NEW YORK (Reuters) - Police set up barricades early on Sunday as hundreds of fans gathered outside the New York temple where Joan Rivers, the outspoken comedian who became famous around the world for her acerbic wit, will be remembered in a private ceremony.
Rabbi Joshua M. Davidson will conduct the invitation-only service at Temple Emanu-El, a landmark synagogue on New York's Fifth Avenue where Rivers, 81, was a member of the congregation.
Fans, along with dozens of reporters, photographers and television crews watched as family, colleagues and friends of Rivers, who helped pave the road for women in comedy, began to arrive for the service.
"I watched her growing up. She made me laugh. Her success carries women across all industries, " said New Yorker Sharon Herstein.
Max Buccini, 30, who had been at the temple since 9:00 am, held flowers as he waited with other fans.
"What she did for the gay community has been so impactful and generous. She always delivered. She knew her audience. She was a pioneer in the entertainment industry and just a trendsetter," he said.
Journalist Barbara Walters, comedian Whoopi Goldberg, tycoon Donald Trump and actress Sarah Jessica Parker were among the first to arrive.
The sharp-tongued, Brooklyn-born comedian who jokingly wrote about wanting an elaborate funeral, died on Thursday at the New York hospital to where she had been rushed a week earlier. She had been put on life support after she stopped breathing during an outpatient procedure at a medical clinic.
Rivers' cause of death was still unknown pending further tests, according to New York City Medical Examiner's Office.
The State Health Department was investigating the Yorkville Endoscopy Center where Rivers was treated. It is reviewing documents, medical records and interviewing staff and physicians at the clinic which opened in 2013.
During a career that spanned more than 50 years Rivers was known for her brash style, numerous cosmetic procedures and the catchphrase "Can we talk?"
No topic or person was off-limits for Rivers, who joked about marriage and sex and was never apologetic about what she said.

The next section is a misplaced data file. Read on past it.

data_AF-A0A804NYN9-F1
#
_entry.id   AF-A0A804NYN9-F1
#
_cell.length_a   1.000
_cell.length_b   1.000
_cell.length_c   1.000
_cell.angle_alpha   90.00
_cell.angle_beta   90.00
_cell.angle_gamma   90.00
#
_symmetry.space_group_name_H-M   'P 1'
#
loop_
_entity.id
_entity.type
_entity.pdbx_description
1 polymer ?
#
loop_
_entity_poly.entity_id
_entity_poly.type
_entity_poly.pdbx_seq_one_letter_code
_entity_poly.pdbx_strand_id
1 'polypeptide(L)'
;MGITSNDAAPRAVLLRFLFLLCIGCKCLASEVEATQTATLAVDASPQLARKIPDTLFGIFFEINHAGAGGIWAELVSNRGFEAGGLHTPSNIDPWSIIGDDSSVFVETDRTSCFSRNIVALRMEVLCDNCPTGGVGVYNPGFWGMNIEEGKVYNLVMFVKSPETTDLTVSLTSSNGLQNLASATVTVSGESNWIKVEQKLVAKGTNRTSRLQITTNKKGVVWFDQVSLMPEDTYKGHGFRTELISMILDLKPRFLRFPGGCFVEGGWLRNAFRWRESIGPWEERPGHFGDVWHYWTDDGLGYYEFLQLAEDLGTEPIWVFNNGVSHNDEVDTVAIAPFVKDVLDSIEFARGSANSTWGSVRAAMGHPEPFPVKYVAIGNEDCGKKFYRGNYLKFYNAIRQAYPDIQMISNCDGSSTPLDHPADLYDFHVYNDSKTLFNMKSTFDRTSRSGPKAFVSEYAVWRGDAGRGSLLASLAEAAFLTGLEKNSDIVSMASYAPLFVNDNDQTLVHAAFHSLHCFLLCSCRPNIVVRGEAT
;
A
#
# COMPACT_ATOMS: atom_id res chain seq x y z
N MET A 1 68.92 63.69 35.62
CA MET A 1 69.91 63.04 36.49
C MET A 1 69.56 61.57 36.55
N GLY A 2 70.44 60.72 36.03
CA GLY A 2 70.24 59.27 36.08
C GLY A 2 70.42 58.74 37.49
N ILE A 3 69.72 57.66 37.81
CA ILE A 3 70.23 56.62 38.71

She attributed her success to saying what everyone else was thinking. Her influence reached far beyond her New York roots. Tributes poured in from around the world.
Britain's Prince Charles described Rivers, who attended his 2005 wedding to the Duchess of Cornwall, as "an extraordinary woman with an original and indefatigable spirit."
Israeli President Benjamin Netanyahu said in a statement that she would be deeply missed.
"Joan Rivers brought laughter to millions around the world and was proud of her Jewish heritage and a vocal supporter of the State of Israel."
Rivers started as a comedy writer and doing stand-up. She worked her way up to regular guest host for Johnny Carson on NBC's popular "The Tonight Show."
Carson and Rivers had a falling-out when she started her own late-night talk show in 1986 on the rival Fox network. Her show was canceled within a year due to low ratings. A few months later, her husband and manager, Edgar Rosenberg, committed suicide.
Later in her career, Rivers and her only daughter, Melissa, starred in the reality TV show "Joan & Melissa: Joan Knows Best?", with Rivers living with her grown child.
Most recently, Rivers was the host of cable television channel E!'s "Fashion Police," commenting on the unfortunate red carpet choices of Hollywood celebrities.
(This story has been refiled to add dropped word 'at' in headline)
(Writing by Patricia Reaney; Editing by Rosalind Russell)